Some common signs of sexual abuse include:
- Anxiety in specific situations that didn’t occur in the past
- Avoiding certain places or people, like a particular family member
- Persistent sadness, depression and lack of enjoyment in things that used to bring them happiness
- Low self-esteem
- Changes in appetite and rapidly gaining or losing weight
- Disturbed sleep, both insomnia and sleeping too long
- Sexually transmitted infections
Although older victims may be able to articulate their experiences, they may be afraid to because of the influence the abuser wields over them.
Younger children may not be able to disclose what happened to them and may not even be able to understand the extent of the abuse.
Some common signs of sexual abuse in young children include:
- Genital or anal injuries, including bruising or bleeding
- Inappropriate sexual knowledge or sexual acts towards other children
- Sexually transmitted infections
- Fear of removing clothing or bathing
- Developmental regression, such as thumb-sucking or bed-wetting
- New fear of being left alone or fear of going to bed
- Extreme agitation or aggressive outbursts
- Withdrawing from family or friends
Suspecting that their child has been sexually abused is painful for parents. If you do suspect that your child is being groomed or abused, it’s important to step in as soon as possible to protect your child and get the treatment and help he or she needs.
Treating and Healing from Sexual Abuse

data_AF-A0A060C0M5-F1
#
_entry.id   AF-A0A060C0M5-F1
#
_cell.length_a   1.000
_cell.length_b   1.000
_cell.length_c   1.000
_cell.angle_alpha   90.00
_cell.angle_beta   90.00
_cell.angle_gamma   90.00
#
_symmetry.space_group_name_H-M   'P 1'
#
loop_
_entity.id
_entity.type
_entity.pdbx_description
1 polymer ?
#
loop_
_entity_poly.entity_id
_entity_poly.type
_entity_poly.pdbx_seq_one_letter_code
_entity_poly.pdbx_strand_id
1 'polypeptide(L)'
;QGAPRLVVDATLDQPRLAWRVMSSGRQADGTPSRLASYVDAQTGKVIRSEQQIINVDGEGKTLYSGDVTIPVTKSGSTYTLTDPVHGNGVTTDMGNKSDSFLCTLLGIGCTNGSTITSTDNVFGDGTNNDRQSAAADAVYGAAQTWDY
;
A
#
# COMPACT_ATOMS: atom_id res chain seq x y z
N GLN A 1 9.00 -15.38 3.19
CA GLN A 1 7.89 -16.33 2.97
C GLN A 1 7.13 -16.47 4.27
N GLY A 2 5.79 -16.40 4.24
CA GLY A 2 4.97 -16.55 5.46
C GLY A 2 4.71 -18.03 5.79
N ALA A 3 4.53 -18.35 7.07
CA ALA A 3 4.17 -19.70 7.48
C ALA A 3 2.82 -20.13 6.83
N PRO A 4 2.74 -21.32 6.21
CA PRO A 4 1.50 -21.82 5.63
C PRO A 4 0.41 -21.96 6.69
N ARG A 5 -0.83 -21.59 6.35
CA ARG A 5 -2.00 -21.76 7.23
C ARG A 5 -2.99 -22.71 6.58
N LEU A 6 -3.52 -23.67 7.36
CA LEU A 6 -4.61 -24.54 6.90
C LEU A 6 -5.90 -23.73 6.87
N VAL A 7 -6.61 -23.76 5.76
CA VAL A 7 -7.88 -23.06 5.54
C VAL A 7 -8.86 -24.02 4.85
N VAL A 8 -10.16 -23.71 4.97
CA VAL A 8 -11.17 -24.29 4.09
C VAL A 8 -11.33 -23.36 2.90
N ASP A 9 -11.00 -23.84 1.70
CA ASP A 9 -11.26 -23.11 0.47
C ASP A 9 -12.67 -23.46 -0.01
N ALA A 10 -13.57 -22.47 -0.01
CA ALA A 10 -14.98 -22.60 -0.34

Some survivors of sexual abuse may have lasting physical damage from the assault or assaults. Some childhood sexual abuse victims may have damage to their genitals and anus or may be unable to have children. Some may have other physical injuries, such as fractures or bruising.
It’s not unusual for child sexual abuse victims to regress developmentally or exhibit developmental delays. Sometimes occupational therapy may help those who regress.
Trauma-focused therapy can help many victims of sexual abuse. This may include:
- Prolonged exposure therapy
- Cognitive processing therapy
- Reprocessing therapy
It’s important to note that every victim is different and may respond differently to different forms of psychotherapy. Some people may respond better to alternate forms of treatment, such as art therapy, to help process what happened by expressing and working through their emotions nonverbally.
Working with your loved one or child to identify a therapist and best course of treatment can help the healing process. Some people may develop mental health concerns that require a specialist. For victims of sexual assault who are actively harming themselves, it’s critical to get the proper medical care, treatment intervention and support.